Skeptics usually approach fake science armed with a diagnostic checklist, asking whether the claims in question are falsifiable, naturalistic, parsimonious, and so forth. Philosophers of science, however, have long pointed out that fake sciences need not exhibit such features. Creationist claims, for example, are very often false, not unfalsifiable. Moreover, legitimate science can also fail skeptical tests. A better way to understand fake science is to shift our focus to institutions alongside psychological vulnerabilities and intellectual bad practices. Creationism is, again, a good example: its success depends on institutions that produce apologetics and promote loyalty rather than a process of learning. The work that skeptics do remains valuable, but we can do even better if we pay more attention to institutions and treat our favorite diagnostic criteria as warning signs rather than rigid rules.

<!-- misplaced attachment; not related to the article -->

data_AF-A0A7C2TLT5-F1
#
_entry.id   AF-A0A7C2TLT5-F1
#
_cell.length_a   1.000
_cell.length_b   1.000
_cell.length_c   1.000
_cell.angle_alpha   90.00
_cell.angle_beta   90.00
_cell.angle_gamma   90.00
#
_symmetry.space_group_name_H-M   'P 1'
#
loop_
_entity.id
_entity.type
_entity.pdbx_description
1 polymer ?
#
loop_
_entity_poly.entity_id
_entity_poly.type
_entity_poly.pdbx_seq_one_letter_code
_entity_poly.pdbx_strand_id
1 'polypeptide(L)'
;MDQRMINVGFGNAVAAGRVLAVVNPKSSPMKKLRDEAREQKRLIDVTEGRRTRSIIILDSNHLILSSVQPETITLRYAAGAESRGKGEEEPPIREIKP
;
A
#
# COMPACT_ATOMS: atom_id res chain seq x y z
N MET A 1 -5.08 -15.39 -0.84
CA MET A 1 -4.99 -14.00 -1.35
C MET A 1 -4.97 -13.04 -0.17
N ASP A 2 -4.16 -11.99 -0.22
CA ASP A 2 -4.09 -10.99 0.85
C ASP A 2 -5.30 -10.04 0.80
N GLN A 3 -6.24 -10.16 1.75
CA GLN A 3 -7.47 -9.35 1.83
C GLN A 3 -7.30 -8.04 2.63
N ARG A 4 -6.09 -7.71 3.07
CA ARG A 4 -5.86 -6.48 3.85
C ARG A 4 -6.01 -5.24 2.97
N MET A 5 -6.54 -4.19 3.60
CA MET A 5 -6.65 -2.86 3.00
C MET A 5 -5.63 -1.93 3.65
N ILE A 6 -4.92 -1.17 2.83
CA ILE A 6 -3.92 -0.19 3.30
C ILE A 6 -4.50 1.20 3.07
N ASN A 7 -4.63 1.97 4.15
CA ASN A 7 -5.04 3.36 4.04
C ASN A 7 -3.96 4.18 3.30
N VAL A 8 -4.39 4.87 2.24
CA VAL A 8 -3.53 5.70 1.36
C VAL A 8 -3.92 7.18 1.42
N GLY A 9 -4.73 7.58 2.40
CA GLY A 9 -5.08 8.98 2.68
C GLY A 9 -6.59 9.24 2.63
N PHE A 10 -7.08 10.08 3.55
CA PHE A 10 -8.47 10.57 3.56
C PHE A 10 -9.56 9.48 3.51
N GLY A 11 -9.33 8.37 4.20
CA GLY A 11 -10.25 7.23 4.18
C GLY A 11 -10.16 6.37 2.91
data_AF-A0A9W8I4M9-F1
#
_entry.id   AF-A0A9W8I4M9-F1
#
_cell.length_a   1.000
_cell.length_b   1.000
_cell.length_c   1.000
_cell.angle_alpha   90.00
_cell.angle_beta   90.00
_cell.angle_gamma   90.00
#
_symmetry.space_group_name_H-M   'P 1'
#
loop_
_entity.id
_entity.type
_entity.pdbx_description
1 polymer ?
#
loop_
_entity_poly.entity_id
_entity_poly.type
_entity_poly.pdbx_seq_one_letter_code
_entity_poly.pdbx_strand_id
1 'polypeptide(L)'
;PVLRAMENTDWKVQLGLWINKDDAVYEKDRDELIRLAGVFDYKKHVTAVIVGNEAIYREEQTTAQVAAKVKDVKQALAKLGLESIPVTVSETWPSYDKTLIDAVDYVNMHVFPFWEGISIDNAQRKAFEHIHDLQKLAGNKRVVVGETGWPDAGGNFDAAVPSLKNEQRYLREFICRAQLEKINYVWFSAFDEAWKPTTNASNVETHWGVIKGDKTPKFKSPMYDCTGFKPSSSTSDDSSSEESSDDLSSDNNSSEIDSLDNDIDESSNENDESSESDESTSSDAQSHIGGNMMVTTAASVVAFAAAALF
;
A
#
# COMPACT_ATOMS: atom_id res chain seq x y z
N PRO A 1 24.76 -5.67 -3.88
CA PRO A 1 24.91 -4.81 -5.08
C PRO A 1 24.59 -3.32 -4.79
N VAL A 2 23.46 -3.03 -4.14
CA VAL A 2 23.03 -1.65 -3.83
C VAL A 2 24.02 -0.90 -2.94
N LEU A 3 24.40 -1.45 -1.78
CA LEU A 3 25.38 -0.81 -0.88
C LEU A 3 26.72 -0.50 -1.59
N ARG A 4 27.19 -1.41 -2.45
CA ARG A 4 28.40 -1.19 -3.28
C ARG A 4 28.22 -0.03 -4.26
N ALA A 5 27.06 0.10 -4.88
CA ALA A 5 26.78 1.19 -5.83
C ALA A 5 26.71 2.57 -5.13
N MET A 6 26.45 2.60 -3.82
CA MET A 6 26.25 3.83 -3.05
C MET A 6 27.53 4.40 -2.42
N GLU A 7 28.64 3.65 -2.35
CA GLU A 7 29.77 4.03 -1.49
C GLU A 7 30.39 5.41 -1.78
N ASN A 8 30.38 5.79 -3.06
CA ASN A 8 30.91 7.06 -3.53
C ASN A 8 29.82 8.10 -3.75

Speaker: Taner Edis, Truman State University
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